Poverty Commission recommends extra cash for poor families during school holidays
Extra money should be given to Scotland’s poorest families to help them provide for children during the school holidays, a new report recommends.
The advice from the Poverty and Inequality Commission comes after the Scottish Government asked the independent body to consider the role of local authorities, social enterprise and the third sector in providing after school and holiday care and responding to holiday hunger.
The report makes three recommendations, which includes the additional cash benefit for families during holiday periods, which should be set at a level that at least matches the equivalent costs of school meals.
It also states that the Scottish Government, COSLA and local authorities should work together to develop and fund a coordinated package of school holiday support which addresses the full range of pressures faced by families with low incomes.
And the report recommends that holiday club provision, with nutritious and culturally appropriate food as a core element, should be available for all children from low-income families.
Chair of the Poverty and Inequality Commission Douglas Hamilton said: “School holidays make up a quarter of the year, so it is no surprise that they can create significant pressures for Scotland’s poorest families around finances, food, opportunities for play, social isolation and parenting.
“The holidays bring additional costs and challenges to already hard-pressed families, particularly over the six-week summer break and at Christmas.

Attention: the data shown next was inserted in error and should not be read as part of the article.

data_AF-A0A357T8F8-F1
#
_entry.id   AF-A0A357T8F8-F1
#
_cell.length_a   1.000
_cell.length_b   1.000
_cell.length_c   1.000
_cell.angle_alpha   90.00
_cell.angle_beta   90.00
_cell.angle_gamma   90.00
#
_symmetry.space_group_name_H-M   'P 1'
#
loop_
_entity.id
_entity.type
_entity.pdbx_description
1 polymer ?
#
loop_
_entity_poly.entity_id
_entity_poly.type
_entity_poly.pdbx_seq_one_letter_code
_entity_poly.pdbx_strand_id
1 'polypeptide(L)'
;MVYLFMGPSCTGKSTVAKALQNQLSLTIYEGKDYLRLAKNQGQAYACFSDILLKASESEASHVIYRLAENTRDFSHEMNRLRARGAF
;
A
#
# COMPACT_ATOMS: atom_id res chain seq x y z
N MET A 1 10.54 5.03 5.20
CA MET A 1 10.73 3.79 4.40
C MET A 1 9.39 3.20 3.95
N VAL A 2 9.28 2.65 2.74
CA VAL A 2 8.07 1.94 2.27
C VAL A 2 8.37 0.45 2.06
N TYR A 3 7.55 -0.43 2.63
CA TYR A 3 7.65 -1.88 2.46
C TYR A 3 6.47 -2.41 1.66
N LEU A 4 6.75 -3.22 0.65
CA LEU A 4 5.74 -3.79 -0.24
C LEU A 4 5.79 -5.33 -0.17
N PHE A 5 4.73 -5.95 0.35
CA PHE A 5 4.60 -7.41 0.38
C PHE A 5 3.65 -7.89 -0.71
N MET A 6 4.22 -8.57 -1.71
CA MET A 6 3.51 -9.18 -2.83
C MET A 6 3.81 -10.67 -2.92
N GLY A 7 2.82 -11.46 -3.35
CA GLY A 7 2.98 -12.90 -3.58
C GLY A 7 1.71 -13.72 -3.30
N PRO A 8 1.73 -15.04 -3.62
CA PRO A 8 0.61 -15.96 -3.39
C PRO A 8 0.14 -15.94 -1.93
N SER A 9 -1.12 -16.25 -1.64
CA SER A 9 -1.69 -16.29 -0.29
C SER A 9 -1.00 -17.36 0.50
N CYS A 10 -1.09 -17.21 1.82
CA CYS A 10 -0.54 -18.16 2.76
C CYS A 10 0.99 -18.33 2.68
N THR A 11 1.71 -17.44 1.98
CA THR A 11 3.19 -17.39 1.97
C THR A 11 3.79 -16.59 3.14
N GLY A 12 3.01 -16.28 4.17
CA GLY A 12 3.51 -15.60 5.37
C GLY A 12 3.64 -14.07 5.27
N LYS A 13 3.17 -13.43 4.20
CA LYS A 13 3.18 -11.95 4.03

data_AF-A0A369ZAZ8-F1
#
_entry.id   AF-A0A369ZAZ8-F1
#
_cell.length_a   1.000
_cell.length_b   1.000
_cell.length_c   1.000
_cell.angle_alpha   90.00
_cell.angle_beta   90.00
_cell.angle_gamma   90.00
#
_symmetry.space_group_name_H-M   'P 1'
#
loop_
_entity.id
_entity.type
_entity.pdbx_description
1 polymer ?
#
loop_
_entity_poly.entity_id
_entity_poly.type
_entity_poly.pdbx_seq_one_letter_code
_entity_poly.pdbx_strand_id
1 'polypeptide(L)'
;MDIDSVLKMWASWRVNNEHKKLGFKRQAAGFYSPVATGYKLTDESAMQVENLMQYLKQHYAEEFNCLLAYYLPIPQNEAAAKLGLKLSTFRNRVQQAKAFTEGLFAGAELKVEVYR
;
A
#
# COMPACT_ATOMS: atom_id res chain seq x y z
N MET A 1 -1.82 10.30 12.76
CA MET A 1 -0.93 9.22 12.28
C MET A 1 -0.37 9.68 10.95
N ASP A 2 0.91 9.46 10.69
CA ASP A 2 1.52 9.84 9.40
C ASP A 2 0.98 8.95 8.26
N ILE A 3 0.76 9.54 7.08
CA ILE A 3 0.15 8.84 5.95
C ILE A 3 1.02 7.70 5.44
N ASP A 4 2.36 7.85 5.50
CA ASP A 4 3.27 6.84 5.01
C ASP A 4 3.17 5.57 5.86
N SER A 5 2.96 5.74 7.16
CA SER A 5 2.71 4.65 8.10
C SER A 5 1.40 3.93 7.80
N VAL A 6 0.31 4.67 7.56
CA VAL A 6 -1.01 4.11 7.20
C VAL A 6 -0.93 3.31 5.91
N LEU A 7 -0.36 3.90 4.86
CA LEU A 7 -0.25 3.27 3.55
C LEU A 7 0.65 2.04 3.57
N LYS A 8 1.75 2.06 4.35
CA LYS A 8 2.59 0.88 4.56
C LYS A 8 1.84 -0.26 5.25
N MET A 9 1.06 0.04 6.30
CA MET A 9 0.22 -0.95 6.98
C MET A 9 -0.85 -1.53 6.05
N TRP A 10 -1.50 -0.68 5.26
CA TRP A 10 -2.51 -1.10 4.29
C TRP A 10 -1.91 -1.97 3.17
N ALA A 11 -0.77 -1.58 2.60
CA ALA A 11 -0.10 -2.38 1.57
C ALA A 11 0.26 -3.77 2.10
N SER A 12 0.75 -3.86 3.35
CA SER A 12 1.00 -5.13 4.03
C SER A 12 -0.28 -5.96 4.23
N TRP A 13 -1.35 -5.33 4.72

“Free school meals are seen as a vital benefit for the rest of the year but are, in effect, withdrawn during school holidays at a time when families face the most financial pressures.
“The Commission believes that money is the most dignified way to respond to food insecurity, offering families choice in how to meet their needs.
“That’s why our report recommends that the Scottish Government introduce an additional cash benefit during school holiday periods in recognition of the additional costs that families face.”
The commission report recognised that families face a range of pressures during the school holidays.
As well as food insecurity and childcare, there are also issues relating to wider finances, play and activities, parenting, and social isolation.
There are already some successful examples of services and projects meeting the needs of families in local areas, with a lot of them offering food as a core element but also offering play and activities and sometimes other supports to families.
The commission heard, however, that this type of provision was not available consistently across the country and that there was a lack of co-ordination, leading to gaps, duplication and people being unaware of what is available.